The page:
SELinux stands for NSA Security-Enhanced Linux.
By default, the setting for SELinux is set at /etc/selinux/config. Theh default setup is permissive, which if the SELinux policy is violated, warnings will be logged rather than prohibit the service from running properly.
SELinux config file content.
In permissive mode, the log is captured in /var/log/audit/audit.log file.
Let's do a test.
I set the httpd service also listen to port 1234, which is not a convention port number for httpd. When it is in permissive mode, the httpd service is successfully to restart. However, there's an entry in the audit.log file.
When I set SELinux to enforcing, the service failed to start. This is the snippets of log when I get the status of httpd service.
From the log in audit.log file and also the status log, port 1234 is the culprit. It should be added to related SELinux policy. I am adding the port to http_port_t as well.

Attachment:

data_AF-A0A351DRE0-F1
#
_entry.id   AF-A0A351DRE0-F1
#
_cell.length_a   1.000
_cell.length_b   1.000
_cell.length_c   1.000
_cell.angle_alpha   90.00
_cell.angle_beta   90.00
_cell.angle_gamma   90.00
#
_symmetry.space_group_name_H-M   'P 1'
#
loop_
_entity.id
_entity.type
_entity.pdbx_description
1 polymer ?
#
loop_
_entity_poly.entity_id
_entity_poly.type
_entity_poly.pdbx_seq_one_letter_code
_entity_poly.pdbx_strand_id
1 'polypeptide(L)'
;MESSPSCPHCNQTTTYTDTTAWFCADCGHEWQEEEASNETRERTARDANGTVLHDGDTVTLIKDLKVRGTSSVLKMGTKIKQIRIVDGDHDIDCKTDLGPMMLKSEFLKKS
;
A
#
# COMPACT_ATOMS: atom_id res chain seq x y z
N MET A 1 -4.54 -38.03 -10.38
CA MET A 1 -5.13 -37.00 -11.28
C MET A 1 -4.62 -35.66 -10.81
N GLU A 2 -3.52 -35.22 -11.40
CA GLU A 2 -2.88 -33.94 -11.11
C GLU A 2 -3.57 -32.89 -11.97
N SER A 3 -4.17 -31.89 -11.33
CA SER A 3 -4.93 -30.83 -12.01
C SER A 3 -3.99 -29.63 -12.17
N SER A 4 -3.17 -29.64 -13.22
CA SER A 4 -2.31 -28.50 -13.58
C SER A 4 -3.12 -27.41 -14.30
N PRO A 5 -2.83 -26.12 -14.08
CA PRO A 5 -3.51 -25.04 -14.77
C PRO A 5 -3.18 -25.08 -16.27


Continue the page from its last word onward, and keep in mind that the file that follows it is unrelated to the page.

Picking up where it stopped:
Now it can be successfully restarted!
SELinux policy is not limited to port context, but also file context.
For example, the files in /var/www/html is already set with httpd_sys_content_t context. Therefore, there's no additional steps required to set the SELinux policy.
There's another path that is also a convention path to host the html files, which is at /srv/*/www. However, for new directory, this fcontext is not automatically setup properly. You'll need to run once restorecon on /srv to make it set correctly.
If the file is put in a different path, then you'll need to set the path to the correct fcontext, then run restorecon command.
There is also another main topic in semanage, which is the SELinux boolean.
You can use semanage boolean -l command to list out all boolean.
Example, let's check the network and db related boolean, and modify it.
These boolean policy adding an additional security layer to the service in case the configuration of the service is contaminated.
That's all for the 3 main domains in SELinux policy management.